We’ve never liked Reserve Management Group’s plans to move its metal-shredding operation from Lincoln Park to the working-class and predominantly Latino South Deering neighborhood on the Southeast Side.
That’s why we’re glad to see the U.S. Dept. of Housing and Urban Development ask the Lightfoot administration this week to hold off on issuing a final operating permit for General Iron’s owner to operate at 116th and the Calumet River.
As the Sun-Times reported, HUD made the request because it wants to complete its investigation on whether the facility’s move violates the civil rights of the Southeast Siders whose communities are already so overburdened with toxic industries, the residents’ long-term health has been negatively affected.
HUD’s action came in the wake of a complaint filed with the agency by area community groups, alleging RMG’s move to South Deering from predominantly white and affluent Lincoln Park would be a violation of federal fair housing laws.
Are there merits to this complaint? Could be. In his letter to city officials dated last week, Lon Meltesen, director of HUD’s Office of Fair Housing and Equal Opportunity in Chicago, said the agency’s preliminary review “finds persuasive complainants’ evidence that this transfer would subject complainant organizations and the neighborhoods they represent to serious and irreparable injury.”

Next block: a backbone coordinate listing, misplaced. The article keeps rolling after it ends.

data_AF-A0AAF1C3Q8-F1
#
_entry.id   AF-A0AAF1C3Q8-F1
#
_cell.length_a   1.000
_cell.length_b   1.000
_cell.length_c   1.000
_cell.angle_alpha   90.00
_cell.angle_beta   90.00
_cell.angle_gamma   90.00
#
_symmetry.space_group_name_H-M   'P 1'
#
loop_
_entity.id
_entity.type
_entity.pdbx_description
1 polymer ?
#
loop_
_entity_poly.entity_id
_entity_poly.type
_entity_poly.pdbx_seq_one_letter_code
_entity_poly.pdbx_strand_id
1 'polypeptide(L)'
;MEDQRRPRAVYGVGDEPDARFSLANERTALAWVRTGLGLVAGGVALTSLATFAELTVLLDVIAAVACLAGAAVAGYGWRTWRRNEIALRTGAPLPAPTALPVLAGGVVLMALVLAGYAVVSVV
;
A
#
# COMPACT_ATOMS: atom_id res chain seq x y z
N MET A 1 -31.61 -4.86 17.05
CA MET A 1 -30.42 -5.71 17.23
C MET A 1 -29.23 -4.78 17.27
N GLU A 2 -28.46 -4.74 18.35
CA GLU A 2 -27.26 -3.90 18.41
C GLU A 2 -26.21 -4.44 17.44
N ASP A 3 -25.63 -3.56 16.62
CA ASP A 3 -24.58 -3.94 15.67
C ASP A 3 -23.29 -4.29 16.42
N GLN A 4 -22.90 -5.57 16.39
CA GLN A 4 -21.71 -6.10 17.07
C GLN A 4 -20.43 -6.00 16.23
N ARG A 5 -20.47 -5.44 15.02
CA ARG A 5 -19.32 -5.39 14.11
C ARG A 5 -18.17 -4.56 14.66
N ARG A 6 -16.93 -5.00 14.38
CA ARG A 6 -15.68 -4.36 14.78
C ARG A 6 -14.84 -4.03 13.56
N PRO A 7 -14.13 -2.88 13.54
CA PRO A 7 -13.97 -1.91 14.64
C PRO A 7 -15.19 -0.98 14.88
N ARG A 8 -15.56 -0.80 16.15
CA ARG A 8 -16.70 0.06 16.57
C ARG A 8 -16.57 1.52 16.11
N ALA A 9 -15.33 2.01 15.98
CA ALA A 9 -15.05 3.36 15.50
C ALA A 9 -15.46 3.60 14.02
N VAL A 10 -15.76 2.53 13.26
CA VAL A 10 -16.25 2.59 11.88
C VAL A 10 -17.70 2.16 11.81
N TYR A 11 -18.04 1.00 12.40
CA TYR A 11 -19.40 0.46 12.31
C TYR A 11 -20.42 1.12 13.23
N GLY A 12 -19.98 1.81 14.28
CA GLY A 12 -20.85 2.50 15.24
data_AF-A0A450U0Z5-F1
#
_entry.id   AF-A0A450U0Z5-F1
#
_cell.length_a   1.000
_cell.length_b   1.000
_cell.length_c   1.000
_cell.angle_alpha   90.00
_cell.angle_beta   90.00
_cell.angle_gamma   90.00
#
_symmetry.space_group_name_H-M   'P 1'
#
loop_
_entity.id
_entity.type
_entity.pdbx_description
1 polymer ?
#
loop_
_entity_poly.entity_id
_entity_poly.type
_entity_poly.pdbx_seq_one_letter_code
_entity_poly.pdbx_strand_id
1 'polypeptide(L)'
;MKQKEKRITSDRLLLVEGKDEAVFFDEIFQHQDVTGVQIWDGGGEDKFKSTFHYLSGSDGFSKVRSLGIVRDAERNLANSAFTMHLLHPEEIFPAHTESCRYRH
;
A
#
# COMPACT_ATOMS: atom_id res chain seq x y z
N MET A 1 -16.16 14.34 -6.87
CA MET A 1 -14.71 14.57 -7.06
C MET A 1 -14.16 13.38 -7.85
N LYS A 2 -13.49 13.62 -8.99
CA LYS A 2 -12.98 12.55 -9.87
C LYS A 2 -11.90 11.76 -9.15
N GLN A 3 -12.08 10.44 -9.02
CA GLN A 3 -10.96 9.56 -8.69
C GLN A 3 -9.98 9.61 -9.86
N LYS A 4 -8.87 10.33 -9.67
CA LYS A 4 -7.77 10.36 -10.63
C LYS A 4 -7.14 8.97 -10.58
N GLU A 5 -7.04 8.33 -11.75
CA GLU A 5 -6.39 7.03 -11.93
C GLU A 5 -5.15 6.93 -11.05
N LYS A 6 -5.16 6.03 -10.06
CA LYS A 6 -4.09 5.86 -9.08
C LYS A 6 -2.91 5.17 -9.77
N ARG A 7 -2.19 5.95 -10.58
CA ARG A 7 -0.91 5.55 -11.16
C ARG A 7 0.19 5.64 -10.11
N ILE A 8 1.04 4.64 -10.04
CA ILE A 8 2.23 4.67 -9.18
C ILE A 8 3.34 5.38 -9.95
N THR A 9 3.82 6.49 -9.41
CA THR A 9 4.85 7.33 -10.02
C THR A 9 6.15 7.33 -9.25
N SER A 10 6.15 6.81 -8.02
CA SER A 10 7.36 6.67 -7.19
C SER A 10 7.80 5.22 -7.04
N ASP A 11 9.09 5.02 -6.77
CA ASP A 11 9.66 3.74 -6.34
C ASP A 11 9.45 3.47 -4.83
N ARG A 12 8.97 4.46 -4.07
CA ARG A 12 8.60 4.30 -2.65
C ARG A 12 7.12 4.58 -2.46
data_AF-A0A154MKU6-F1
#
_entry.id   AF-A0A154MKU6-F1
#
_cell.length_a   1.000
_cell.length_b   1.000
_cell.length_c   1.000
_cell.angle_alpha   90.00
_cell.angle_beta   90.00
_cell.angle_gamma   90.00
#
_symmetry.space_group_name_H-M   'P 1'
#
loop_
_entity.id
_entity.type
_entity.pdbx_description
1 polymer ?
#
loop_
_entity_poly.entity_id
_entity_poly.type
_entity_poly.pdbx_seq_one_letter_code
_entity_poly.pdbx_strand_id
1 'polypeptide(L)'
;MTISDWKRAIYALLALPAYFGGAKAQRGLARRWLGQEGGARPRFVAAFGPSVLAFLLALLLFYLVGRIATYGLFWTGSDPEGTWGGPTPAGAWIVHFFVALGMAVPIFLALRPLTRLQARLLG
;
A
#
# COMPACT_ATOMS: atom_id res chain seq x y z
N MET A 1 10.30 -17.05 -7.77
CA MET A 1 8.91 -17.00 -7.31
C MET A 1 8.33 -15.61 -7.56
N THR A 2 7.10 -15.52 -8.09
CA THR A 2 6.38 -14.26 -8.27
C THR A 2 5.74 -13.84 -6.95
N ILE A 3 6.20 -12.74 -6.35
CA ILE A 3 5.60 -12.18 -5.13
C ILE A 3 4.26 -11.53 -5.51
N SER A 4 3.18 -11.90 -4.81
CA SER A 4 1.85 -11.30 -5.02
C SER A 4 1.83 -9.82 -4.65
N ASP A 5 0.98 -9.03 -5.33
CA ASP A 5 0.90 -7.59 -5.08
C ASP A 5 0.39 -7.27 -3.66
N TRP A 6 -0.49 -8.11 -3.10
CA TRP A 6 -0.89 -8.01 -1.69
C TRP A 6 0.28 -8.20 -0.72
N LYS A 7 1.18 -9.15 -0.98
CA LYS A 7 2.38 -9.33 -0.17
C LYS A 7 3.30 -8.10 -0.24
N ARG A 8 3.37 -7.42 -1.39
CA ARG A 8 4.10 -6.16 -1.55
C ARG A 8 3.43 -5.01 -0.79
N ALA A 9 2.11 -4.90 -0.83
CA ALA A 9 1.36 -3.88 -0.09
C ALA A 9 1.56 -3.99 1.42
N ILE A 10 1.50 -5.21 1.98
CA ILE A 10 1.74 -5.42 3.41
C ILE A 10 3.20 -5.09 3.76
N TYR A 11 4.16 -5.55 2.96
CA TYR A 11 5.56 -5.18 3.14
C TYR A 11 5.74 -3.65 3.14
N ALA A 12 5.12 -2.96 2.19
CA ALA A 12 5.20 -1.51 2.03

General Iron has been a historically bad actor in Lincoln Park, frequently sited for explosions, fires and other environmental violations.
RMG promises General Iron will do better in South Deering and boasts of what would be an environmentally safer facility, but why risk it? Particularly in an area where residents are plagued by documented cases of chronic heart and lung diseases brought about by decades of having industrial toxins as neighbors.
Mayor Lori Lightfoot could do some real good here. She should not issue the operating permit until the HUD probe is complete.
But that’s the bare minimum. Lightfoot should deny RMG the operating permit for the South Deering site.
That would be a fair and just step. And a seemingly natural one, if Lightfoot is really an advocate for South and West side neighborhoods, as she proclaims.
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